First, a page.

By Florence E. Babb
Nicaragua's Sandinista revolution (1979-1990) initiated a extensive software of social transformation to enhance the location of the operating type and terrible, ladies, and different non-elite teams via agrarian reform, restructured city employment, and vast entry to health and wellbeing care, schooling, and social companies. This ebook explores how Nicaragua's least robust electorate have fared within the years because the Sandinista revolution, as neoliberal governments have rolled again those state-supported reforms and brought measures to advertise the improvement of a market-driven economy.
Drawing on ethnographic learn performed through the Nineteen Nineties, Florence Babb describes the destructive results that experience the go back to a capitalist direction, particularly for girls and low-income voters. additionally, she charts the expansion of women's and different social hobbies (neighborhood, lesbian and homosexual, indigenous, adolescence, peace, and environmental) that experience taken good thing about new openings for political mobilization. Her ethnographic pix of a low-income barrio and of women's craft cooperatives powerfully hyperlink neighborhood, cultural responses to nationwide and worldwide processes.
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Additional info for After Revolution: Mapping Gender and Cultural Politics in Neoliberal Nicaragua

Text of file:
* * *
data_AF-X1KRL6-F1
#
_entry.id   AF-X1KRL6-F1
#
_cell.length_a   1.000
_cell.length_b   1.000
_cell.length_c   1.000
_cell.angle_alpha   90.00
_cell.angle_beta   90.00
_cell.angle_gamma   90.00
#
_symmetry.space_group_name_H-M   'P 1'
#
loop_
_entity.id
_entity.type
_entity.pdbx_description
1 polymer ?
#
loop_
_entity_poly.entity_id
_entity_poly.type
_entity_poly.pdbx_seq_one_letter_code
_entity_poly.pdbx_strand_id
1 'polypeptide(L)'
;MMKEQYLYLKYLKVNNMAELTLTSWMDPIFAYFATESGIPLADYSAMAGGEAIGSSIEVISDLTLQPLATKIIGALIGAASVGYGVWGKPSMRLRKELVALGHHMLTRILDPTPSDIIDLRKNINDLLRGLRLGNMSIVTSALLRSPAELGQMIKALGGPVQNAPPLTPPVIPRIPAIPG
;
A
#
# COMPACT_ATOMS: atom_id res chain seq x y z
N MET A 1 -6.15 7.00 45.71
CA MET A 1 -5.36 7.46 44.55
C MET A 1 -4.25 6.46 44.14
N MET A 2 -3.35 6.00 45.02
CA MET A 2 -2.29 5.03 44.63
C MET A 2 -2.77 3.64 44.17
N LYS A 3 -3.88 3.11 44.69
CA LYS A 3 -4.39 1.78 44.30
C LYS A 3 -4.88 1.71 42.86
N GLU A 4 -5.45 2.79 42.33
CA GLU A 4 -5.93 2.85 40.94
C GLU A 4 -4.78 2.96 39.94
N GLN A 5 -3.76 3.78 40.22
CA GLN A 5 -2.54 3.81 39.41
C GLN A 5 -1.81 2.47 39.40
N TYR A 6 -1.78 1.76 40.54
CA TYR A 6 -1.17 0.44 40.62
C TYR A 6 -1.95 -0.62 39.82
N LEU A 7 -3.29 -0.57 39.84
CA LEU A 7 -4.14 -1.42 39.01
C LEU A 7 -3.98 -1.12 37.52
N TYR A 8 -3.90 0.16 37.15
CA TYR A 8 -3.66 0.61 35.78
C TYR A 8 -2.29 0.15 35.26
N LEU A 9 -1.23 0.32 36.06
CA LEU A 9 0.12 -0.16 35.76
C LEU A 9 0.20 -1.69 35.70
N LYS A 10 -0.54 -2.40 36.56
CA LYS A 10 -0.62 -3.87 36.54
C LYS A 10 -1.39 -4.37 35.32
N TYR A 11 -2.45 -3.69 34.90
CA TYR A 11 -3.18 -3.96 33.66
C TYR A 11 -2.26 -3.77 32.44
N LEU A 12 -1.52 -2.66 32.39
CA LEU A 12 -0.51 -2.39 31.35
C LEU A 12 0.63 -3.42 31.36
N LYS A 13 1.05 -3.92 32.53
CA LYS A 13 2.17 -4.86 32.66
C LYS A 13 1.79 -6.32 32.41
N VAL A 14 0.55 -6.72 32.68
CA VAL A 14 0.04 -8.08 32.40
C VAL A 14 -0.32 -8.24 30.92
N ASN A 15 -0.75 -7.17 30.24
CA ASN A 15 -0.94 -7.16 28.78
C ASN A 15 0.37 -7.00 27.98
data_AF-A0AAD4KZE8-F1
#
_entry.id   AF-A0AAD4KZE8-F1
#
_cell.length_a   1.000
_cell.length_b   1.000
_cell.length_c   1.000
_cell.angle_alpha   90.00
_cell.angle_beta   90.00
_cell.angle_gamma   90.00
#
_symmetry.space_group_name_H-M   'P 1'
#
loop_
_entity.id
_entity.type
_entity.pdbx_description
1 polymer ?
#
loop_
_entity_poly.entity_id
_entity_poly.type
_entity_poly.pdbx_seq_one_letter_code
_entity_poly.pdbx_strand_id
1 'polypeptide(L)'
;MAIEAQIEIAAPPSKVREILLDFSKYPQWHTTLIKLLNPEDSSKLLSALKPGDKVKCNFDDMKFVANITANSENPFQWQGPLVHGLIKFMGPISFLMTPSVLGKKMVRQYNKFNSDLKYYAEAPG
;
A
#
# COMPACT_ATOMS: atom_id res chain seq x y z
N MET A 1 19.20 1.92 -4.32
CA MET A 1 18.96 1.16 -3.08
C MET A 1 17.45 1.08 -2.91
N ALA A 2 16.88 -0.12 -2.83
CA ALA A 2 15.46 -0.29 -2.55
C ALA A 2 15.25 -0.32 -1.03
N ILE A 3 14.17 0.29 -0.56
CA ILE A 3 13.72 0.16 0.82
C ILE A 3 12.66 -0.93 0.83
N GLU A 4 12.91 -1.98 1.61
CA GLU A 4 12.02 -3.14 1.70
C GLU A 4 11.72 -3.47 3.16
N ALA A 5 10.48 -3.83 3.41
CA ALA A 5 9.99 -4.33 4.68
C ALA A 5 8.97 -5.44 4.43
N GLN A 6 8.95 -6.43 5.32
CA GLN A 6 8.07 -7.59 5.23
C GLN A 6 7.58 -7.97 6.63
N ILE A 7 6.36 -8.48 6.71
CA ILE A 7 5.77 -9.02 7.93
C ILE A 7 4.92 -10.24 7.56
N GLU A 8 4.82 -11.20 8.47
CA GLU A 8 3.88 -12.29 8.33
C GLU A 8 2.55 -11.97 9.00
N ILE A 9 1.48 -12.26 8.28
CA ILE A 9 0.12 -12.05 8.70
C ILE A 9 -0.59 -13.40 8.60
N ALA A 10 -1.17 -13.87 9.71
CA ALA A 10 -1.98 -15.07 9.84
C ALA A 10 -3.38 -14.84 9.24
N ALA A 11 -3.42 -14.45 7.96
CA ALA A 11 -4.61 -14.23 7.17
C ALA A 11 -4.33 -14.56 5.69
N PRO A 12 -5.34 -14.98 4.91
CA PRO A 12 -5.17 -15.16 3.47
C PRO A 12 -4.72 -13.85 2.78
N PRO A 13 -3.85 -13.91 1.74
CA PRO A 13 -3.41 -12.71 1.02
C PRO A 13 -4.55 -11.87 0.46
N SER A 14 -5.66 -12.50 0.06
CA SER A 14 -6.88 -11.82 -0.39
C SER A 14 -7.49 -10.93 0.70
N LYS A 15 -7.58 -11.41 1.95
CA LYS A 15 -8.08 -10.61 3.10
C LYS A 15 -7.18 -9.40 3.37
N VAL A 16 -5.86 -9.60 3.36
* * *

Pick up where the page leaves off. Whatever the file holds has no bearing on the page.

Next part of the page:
The cooperative of artisans included several women and men making silver and coral jewelry and two women making decorative wall hangings and other items with bark from the tuno tree, found on the Atlantic coast of Nicaragua. The co-op, which was established in 1987, prides itself on its high-quality work. But members have experienced a severe drop in sales as the economy has worsened and as there have been fewer international visitors to buy from them. In 1992, the bark workers left the co-op for family reasons, one woman because her husband opposed her working and the other because she felt that her children needed more attention.
I met women from two of the four cooperatives that I mentioned earlier. High anticipation permeated the three-day event, which took place on the city’s central fairgrounds, and it has since been regarded as a turning point in feminist organizing in Nicaragua. The women had clearly staked their ground and claimed a new social space in which to build a movement. The energy of the festival carried over to plans for a national gathering, or encuentro, called for January 1992. The goal was to bring women from around the country, independent of political afﬁliation, for three days of 6.
6 Not only have political and economic conditions given rise to new forms of organizing among new social sectors, but new analyses have appeared that challenge earlier work rooted in modernization and dependency theories. According to Escobar and Alvarez (1992: 3), new research shows that “a multiplicity of social actors establish their presence and spheres of autonomy in a fragmented social and political space. ” John Beverley and José Oviedo (1993: 1) have commented on the Latin American turn toward postmodernism, which has reinvigorated debate on the Left and led to new thinking about the relationship between local cultures and transnational politics.